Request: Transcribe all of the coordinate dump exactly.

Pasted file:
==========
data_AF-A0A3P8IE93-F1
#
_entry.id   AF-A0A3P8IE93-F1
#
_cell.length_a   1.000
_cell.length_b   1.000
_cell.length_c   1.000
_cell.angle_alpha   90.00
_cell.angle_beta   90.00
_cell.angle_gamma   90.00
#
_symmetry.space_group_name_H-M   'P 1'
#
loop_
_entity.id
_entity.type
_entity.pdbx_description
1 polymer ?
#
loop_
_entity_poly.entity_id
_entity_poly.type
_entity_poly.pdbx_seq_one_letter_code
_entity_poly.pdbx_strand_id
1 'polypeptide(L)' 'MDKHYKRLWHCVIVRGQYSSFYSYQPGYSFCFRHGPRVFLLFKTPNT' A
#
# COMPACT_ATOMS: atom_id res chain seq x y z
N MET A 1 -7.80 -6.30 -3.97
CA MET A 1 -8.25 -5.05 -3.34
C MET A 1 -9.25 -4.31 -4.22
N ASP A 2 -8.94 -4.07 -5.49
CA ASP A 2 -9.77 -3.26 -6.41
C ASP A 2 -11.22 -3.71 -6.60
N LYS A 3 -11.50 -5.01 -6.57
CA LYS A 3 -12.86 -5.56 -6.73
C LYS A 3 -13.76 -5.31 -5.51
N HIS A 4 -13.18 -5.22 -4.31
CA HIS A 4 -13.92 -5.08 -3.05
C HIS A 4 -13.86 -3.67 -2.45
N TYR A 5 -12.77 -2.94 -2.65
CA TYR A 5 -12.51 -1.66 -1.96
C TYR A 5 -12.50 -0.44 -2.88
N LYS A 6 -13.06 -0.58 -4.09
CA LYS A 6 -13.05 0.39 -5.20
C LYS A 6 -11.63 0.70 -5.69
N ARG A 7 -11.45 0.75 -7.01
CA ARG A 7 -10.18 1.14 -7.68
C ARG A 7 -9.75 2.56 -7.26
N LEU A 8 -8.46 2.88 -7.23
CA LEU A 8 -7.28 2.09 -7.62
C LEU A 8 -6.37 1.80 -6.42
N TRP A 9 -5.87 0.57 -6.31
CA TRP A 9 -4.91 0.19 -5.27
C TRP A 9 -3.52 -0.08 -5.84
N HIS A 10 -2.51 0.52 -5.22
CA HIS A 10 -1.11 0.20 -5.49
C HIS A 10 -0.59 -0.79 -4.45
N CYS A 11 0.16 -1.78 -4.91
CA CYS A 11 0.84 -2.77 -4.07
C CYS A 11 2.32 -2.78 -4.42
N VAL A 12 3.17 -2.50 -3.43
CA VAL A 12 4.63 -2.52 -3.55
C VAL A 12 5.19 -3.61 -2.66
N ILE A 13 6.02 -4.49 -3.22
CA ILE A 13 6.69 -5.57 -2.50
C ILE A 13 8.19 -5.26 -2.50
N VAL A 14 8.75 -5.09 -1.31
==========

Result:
data_AF-A0A3P8IE93-F1
#
_entry.id   AF-A0A3P8IE93-F1
#
_cell.length_a   1.000
_cell.length_b   1.000
_cell.length_c   1.000
_cell.angle_alpha   90.00
_cell.angle_beta   90.00
_cell.angle_gamma   90.00
#
_symmetry.space_group_name_H-M   'P 1'
#
loop_
_entity.id
_entity.type
_entity.pdbx_description
1 polymer ?
#
loop_
_entity_poly.entity_id
_entity_poly.type
_entity_poly.pdbx_seq_one_letter_code
_entity_poly.pdbx_strand_id
1 'polypeptide(L)' 'MDKHYKRLWHCVIVRGQYSSFYSYQPGYSFCFRHGPRVFLLFKTPNT' A
#
# COMPACT_ATOMS: atom_id res chain seq x y z
N MET A 1 -7.80 -6.30 -3.97
CA MET A 1 -8.25 -5.05 -3.34
C MET A 1 -9.25 -4.31 -4.22
N ASP A 2 -8.94 -4.07 -5.49
CA ASP A 2 -9.77 -3.26 -6.41
C ASP A 2 -11.22 -3.71 -6.60
N LYS A 3 -11.50 -5.01 -6.57
CA LYS A 3 -12.86 -5.56 -6.73
C LYS A 3 -13.76 -5.31 -5.51
N HIS A 4 -13.18 -5.22 -4.31
CA HIS A 4 -13.92 -5.08 -3.05
C HIS A 4 -13.86 -3.67 -2.45
N TYR A 5 -12.77 -2.94 -2.65
CA TYR A 5 -12.51 -1.66 -1.96
C TYR A 5 -12.50 -0.44 -2.88
N LYS A 6 -13.06 -0.58 -4.09
CA LYS A 6 -13.05 0.39 -5.20
C LYS A 6 -11.63 0.70 -5.69
N ARG A 7 -11.45 0.75 -7.01
CA ARG A 7 -10.18 1.14 -7.68
C ARG A 7 -9.75 2.56 -7.26
N LEU A 8 -8.46 2.88 -7.23
CA LEU A 8 -7.28 2.09 -7.62
C LEU A 8 -6.37 1.80 -6.42
N TRP A 9 -5.87 0.57 -6.31
CA TRP A 9 -4.91 0.19 -5.27
C TRP A 9 -3.52 -0.08 -5.84
N HIS A 10 -2.51 0.52 -5.22
CA HIS A 10 -1.11 0.20 -5.49
C HIS A 10 -0.59 -0.79 -4.45
N CYS A 11 0.16 -1.78 -4.91
CA CYS A 11 0.84 -2.77 -4.07
C CYS A 11 2.32 -2.78 -4.42
N VAL A 12 3.17 -2.50 -3.43
CA VAL A 12 4.63 -2.52 -3.55
C VAL A 12 5.19 -3.61 -2.66
N ILE A 13 6.02 -4.49 -3.22
CA ILE A 13 6.69 -5.57 -2.50
C ILE A 13 8.19 -5.26 -2.50
N VAL A 14 8.75 -5.09 -1.31